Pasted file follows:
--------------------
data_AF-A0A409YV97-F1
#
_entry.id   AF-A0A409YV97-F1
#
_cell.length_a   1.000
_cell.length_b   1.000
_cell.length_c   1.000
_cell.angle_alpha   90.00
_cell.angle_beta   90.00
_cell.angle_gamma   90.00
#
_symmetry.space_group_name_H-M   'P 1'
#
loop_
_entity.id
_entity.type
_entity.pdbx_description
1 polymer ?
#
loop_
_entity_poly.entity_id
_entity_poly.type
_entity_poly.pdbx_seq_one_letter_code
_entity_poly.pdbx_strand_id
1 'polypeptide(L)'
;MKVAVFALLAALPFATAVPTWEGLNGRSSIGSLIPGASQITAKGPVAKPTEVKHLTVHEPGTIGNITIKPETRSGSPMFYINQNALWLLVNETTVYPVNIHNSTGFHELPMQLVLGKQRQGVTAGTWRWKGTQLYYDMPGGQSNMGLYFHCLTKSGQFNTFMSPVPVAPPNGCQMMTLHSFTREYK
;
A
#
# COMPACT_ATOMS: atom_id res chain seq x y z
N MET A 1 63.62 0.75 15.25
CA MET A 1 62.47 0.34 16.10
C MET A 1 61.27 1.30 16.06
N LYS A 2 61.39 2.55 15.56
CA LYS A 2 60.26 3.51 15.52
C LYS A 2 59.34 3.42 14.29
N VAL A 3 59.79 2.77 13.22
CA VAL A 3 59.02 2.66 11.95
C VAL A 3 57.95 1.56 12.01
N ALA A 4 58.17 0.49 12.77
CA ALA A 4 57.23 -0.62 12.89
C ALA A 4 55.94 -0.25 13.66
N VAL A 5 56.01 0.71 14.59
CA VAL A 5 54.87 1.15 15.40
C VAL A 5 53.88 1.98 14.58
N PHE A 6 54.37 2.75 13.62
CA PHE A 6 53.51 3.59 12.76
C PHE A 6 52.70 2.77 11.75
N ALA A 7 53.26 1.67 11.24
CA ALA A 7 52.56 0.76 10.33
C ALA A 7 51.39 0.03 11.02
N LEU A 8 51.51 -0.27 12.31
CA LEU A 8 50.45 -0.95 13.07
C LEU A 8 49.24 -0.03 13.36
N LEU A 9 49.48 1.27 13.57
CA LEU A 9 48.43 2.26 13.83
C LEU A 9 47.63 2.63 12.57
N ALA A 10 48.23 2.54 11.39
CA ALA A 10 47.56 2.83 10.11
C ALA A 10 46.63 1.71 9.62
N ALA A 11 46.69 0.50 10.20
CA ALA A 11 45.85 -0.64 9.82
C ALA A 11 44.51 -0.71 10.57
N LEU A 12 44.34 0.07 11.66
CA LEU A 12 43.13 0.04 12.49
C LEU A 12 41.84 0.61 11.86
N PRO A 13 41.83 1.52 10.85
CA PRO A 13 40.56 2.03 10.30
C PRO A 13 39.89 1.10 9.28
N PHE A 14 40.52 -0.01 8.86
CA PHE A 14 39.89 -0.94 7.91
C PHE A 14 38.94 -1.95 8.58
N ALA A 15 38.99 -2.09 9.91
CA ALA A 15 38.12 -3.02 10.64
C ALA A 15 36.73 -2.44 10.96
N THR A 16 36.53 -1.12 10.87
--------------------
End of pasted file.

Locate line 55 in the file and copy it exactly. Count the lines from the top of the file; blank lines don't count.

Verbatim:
N LEU A 9 49.48 1.27 13.57